KUALA LUMPUR: Life was turned upside down for Chris Hew when she was fired from her business development manager role in a travel agency earlier this year.
She had been in the travel industry for almost all her working career and worked in various travel agencies.
When the Malaysian government first announced a movement control order (MCO) on Mar 18, no one would have expected that the restriction order and border lockdown would last longer than two weeks.
Hew’s company announced a temporary closure almost immediately. She was prepared for the worst, to be laid off from her job.
The travel industry was among the biggest hit by COVID-19. The Tourism, Arts and Culture Ministry estimated RM9 billion (US$2.17 billion) of losses faced by industry players, including hotels, transport, shopping, business events, as well as food and beverage.
Chris Hew, who was working in the travel industry, was laid off when the pandemic hit. (Photo: Norman Goh)
“I would say, first thing, (I was feeling) scared then confused because somehow or rather we were expecting that we were going to be let go. To really hear the news was tough. I think it took me about a week to dive into the news. Afterwards, then it was time to think what’s next,” she said when interviewed by CNA.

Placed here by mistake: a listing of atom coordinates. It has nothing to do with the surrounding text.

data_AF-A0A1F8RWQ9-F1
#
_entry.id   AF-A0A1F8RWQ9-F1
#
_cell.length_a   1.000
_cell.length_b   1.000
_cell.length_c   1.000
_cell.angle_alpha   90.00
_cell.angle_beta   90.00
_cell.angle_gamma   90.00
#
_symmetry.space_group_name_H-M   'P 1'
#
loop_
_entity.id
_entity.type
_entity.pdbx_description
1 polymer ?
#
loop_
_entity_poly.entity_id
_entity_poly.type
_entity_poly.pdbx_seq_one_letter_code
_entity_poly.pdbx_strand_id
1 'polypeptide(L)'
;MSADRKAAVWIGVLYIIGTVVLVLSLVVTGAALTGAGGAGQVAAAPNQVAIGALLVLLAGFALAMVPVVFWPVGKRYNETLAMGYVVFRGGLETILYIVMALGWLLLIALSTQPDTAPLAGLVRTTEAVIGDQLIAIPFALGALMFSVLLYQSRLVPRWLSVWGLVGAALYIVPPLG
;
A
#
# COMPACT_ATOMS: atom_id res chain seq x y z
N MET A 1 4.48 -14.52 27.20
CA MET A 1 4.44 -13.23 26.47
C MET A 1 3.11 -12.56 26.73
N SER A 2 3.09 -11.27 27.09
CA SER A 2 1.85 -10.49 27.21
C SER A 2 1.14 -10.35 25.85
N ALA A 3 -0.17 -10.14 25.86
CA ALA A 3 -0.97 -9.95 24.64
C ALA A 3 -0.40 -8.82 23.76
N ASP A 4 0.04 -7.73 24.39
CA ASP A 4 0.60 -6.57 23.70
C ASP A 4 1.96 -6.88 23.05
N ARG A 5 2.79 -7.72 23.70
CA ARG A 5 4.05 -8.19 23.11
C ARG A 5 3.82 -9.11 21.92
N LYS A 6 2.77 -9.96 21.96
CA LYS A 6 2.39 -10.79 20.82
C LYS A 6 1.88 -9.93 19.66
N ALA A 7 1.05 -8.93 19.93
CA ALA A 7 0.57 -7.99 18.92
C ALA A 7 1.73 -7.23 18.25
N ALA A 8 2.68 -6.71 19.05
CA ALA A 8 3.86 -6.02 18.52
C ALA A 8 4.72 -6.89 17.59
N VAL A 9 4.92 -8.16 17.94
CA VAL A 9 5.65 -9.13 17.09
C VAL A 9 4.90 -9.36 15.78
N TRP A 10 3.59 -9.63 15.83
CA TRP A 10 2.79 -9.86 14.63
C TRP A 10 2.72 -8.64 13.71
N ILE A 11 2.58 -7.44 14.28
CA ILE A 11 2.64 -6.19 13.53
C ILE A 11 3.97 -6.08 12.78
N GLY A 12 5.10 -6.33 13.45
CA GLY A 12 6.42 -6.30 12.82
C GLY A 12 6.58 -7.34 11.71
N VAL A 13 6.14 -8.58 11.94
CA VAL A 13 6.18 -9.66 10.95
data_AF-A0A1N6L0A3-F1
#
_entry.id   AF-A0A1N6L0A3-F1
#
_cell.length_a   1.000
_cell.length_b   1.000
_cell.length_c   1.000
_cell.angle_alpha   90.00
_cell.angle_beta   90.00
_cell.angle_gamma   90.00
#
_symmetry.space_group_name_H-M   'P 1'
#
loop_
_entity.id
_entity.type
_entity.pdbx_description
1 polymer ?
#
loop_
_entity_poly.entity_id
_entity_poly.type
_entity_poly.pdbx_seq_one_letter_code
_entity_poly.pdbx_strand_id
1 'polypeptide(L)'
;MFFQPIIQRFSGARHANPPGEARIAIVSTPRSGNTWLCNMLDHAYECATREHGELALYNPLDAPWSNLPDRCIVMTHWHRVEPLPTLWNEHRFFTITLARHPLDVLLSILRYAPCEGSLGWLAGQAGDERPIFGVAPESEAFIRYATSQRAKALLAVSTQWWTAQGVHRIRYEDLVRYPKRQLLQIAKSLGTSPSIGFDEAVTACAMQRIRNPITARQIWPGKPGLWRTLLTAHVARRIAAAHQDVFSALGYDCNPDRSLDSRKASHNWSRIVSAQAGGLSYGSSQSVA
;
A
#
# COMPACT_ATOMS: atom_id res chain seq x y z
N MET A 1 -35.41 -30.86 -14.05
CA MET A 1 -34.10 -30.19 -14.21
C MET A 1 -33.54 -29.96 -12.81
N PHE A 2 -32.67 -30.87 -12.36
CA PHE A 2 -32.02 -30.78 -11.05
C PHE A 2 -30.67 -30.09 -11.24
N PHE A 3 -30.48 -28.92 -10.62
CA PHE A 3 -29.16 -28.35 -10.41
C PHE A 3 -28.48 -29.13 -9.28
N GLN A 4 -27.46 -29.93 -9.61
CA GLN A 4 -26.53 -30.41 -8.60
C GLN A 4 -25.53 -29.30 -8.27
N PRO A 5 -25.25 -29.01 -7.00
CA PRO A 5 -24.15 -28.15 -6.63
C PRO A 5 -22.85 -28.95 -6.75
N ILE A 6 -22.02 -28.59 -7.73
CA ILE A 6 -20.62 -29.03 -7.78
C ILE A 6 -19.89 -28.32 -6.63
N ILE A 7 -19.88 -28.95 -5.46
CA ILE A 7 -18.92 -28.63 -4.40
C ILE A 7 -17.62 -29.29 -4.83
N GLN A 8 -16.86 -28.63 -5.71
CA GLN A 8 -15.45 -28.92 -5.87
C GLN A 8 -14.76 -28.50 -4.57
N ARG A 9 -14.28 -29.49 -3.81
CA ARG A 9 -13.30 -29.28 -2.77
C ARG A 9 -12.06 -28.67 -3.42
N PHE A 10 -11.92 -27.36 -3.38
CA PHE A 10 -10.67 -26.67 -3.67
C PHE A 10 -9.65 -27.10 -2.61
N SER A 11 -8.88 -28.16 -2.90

“This is the biggest and toughest challenge we have faced in this travel industry. We’ve been through Bali bombing, SARS, some of the natural disasters but we came back very quickly. It could be like a few months but this MCO is tough. We cannot know when we will come back, when we can come back,” Hew said.
In a written reply to the opposition leader Anwar Ibrahim during the parliamentary session in August, Human Resources Minister M Saravanan said that as of Jul 31, 49,179 people were retrenched. Out of this, 37,838 people were permanently retrenched while 11,341 people opted for the Voluntary Separation Scheme (VSS).
According to the Department of Statistics Malaysia, the number of unemployed Malaysians reached 826,100 or 5.3 per cent in May this year. The highest unemployment rate in the country was recorded at 7.4 per cent back in 1986.
However, the number of unemployment cases is showing a downtrend with 10 per cent reduction in Loss of Employment (LOE) claims recorded in July. The figure was 16,660 people, compared to 18,579 people in June, according to the Social Security Organisation (SOCSO).
READ: Commentary – Malaysia a kinder and stronger society six months into COVID-19 fight
CNA spoke to five Malaysians who lost their jobs amid COVID-19. As they struggled with their circumstances, these people who are in the Professionals, Managers, Executives and Technicians (PMET) category took a leap of faith to reskill, venturing into uncharted territory.